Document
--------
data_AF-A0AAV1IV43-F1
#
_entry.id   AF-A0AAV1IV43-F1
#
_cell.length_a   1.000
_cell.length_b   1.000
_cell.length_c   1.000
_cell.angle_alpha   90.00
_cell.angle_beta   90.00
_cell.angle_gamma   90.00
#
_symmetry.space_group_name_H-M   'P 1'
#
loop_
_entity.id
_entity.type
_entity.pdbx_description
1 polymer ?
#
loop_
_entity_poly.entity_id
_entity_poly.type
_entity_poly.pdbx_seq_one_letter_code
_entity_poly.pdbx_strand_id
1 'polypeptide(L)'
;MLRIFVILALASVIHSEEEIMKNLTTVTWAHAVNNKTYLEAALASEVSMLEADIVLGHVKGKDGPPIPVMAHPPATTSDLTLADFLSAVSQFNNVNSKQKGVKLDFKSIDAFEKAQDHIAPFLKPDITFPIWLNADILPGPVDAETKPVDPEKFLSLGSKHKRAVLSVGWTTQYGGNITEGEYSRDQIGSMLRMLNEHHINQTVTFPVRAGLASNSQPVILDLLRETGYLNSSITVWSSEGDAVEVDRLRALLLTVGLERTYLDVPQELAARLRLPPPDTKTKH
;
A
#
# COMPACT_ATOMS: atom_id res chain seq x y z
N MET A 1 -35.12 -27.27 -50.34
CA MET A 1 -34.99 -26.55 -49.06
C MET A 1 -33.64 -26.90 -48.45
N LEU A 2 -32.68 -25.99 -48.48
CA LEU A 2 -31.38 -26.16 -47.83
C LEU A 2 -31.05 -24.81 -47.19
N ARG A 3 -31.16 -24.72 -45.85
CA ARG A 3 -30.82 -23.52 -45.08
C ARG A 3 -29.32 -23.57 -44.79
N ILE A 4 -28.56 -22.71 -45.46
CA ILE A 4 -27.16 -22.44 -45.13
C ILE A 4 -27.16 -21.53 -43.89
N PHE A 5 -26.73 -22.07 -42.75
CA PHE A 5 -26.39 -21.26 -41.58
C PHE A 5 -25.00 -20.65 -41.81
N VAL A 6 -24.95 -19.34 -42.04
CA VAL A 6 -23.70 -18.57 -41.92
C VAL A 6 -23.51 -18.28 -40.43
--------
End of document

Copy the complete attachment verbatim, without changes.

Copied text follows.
data_AF-A0AAV1IV43-F1
#
_entry.id   AF-A0AAV1IV43-F1
#
_cell.length_a   1.000
_cell.length_b   1.000
_cell.length_c   1.000
_cell.angle_alpha   90.00
_cell.angle_beta   90.00
_cell.angle_gamma   90.00
#
_symmetry.space_group_name_H-M   'P 1'
#
loop_
_entity.id
_entity.type
_entity.pdbx_description
1 polymer ?
#
loop_
_entity_poly.entity_id
_entity_poly.type
_entity_poly.pdbx_seq_one_letter_code
_entity_poly.pdbx_strand_id
1 'polypeptide(L)'
;MLRIFVILALASVIHSEEEIMKNLTTVTWAHAVNNKTYLEAALASEVSMLEADIVLGHVKGKDGPPIPVMAHPPATTSDLTLADFLSAVSQFNNVNSKQKGVKLDFKSIDAFEKAQDHIAPFLKPDITFPIWLNADILPGPVDAETKPVDPEKFLSLGSKHKRAVLSVGWTTQYGGNITEGEYSRDQIGSMLRMLNEHHINQTVTFPVRAGLASNSQPVILDLLRETGYLNSSITVWSSEGDAVEVDRLRALLLTVGLERTYLDVPQELAARLRLPPPDTKTKH
;
A
#
# COMPACT_ATOMS: atom_id res chain seq x y z
N MET A 1 -35.12 -27.27 -50.34
CA MET A 1 -34.99 -26.55 -49.06
C MET A 1 -33.64 -26.90 -48.45
N LEU A 2 -32.68 -25.99 -48.48
CA LEU A 2 -31.38 -26.16 -47.83
C LEU A 2 -31.05 -24.81 -47.19
N ARG A 3 -31.16 -24.72 -45.85
CA ARG A 3 -30.82 -23.52 -45.08
C ARG A 3 -29.32 -23.57 -44.79
N ILE A 4 -28.56 -22.71 -45.46
CA ILE A 4 -27.16 -22.44 -45.13
C ILE A 4 -27.16 -21.53 -43.89
N PHE A 5 -26.73 -22.07 -42.75
CA PHE A 5 -26.39 -21.26 -41.58
C PHE A 5 -25.00 -20.65 -41.81
N VAL A 6 -24.95 -19.34 -42.04
CA VAL A 6 -23.70 -18.57 -41.92
C VAL A 6 -23.51 -18.28 -40.43